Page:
BMI Chart: How Much You Should Weigh at Your Height and Age (Supposedly)

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BMI Chart: How Much You Should Weigh at Your Height and Age (Supposedly)

People often want to know where they stand (health wise) based on a particular formula. They believe that staying within a certain numerical number based on a few qualifying factors means they are healthy. This formula is part of the BMI Index, a set of numerical statistics that display what a person should weigh at a particular height and age. Naturally, because it has been touted as “official” for a long time now, people believe that falling within that particular weight set that the BMI Index displays means everything is alright. However, that is the wrong way to think about the BMI Index. Health, and what your weight “should be” at a particular height and age, are separate concepts. Well, not entirely, but enough so to warrant stating that the BMI Index is simply a very generic ballpark estimate of anything relating to health. Here’s why:

Simply asking “how much should I weigh for my height and age” and checking the statistics on a numerical chart will give you an answer, but when dealing with something so complex (health), do you really expect the BMI Index to provide the right answer? You cannot quantify whether you’re healthy based on a numerical chart. At best, you can identify that there’s a problem if you’re grossly disproportionate. This is so because the BMI Index deals solely with weight, not health. Weight and health are popularly substituted for each other (which explains the BMI hype in the first place), but they are not one in the same. While weight is often an indicator of health, it is only one component in an overall analysis of whether an individual is healthy. You know this, after all, doctors would run out of business if we all determined our health based on a couple numbers, no?

With that said, even when it comes to predicting whether an individual is at the “appropriate” weight for their height and age, the BMI Index runs into problems. Yes, that’s right. It isn’t even great at what it is supposed to do. Now, this is largely due to the fact it is so simple. Its simplicity does not allow it to take into account very important factors. Here’s two of its most important limitations:

  • It completely ignores body fat percentage. Weight and fat are two different things. By not differentiating between muscle and fat, the BMI quickly can lead an individual astray. In fact, body fat percentage is one of the most, if not the most, important components of gauging potential health status. Ignoring it, the BMI Index creates this scenario: Individual #1 works out and weighs 180 lbs. at 10% body fat. Individual #2 lives a sedentary lifestyle and weighs 160 lbs. at 30% body fat. Imagine they are the same height and age. Individual #2, according to the BMI statistics, would be in a “healthier” weight range. Individual #1, while ripped, would apparently be overweight.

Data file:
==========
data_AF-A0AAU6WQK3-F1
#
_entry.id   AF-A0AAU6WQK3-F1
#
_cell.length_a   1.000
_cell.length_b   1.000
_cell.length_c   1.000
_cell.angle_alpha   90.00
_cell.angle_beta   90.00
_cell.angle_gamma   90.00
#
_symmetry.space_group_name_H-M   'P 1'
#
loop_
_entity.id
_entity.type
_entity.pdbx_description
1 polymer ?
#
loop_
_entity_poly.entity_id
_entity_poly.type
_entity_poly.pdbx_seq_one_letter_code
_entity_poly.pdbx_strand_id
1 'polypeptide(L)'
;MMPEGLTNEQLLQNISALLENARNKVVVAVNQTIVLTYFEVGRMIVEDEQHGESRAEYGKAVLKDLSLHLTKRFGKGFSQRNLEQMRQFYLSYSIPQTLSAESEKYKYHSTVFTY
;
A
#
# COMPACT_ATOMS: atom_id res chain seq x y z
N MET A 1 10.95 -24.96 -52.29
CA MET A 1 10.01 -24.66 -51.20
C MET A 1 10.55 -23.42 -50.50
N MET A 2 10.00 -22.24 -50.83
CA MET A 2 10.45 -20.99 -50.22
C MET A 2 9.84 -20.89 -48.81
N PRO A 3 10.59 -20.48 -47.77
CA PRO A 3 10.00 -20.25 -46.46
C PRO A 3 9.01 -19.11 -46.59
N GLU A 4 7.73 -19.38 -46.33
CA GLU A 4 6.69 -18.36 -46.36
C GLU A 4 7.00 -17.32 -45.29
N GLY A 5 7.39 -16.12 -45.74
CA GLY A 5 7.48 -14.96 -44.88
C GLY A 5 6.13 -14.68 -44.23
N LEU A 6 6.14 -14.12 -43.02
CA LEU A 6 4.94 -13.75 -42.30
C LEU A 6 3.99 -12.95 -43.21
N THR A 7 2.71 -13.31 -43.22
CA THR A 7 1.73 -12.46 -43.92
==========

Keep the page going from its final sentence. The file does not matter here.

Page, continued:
• It ignores waist size. There would be more accuracy if individuals were told to measure their waist to hip ratios (weight/hip). This is also not ideal, but it would be a step forward. Men’s ratios should be around a .8 or .9, and women’s around a .7. Instead, as illustrated above, Individual #2 (highly likely to have a gut at that body fat percentage) is shown to be erroneously at a healthier weight.

Many individuals may claim that, even with these limitations in mind, the BMI Index is solid because it is appropriate for the majority of the population. The majority does not fall into the athlete/weight-lifter category and, after all, those are really the only people who will have false readings using the index. Although it is true that the average individual will not stray much from the pack, the BMI Index falsely assumes a very low level of muscle mass and a high level of body fat when coming up with its weight ranges. Therefore, even within the non-active crowd, there is much room for variation that the simplicity of the BMI Index doesn’t acknowledge. This skews the results for anybody.

With all that said, the BMI Index is not entirely useless. If someone understands its limitations, it can provide an individual with a quick answer to this common question. It will be a generic estimate, but it can at least provide someone with a way to gauge if there’s trouble looming because the resulting numbers are far removed from the BMI chart. The key, however, is not to simply rely on it as if it answers all the questions. Use it as a tool in your arsenal, nothing more. Good Luck!

Calculating BMI:


  1. Below 18.5 (Underweight)
  2. 18.5 to 24.9 (Ideal)
  3. 25.0 to 29.9 (Overweight)
  4. 30.0 and above (Obese)

Formula: Take your weight (in pounds), divide it by the square of your height (in inches), and multiply the total by 703¬† (for conversion purposes). As an example we’ll use a 180 pound 6’0 individual:

  • 180 pounds / (72*72) = .03472*703 = 24.41

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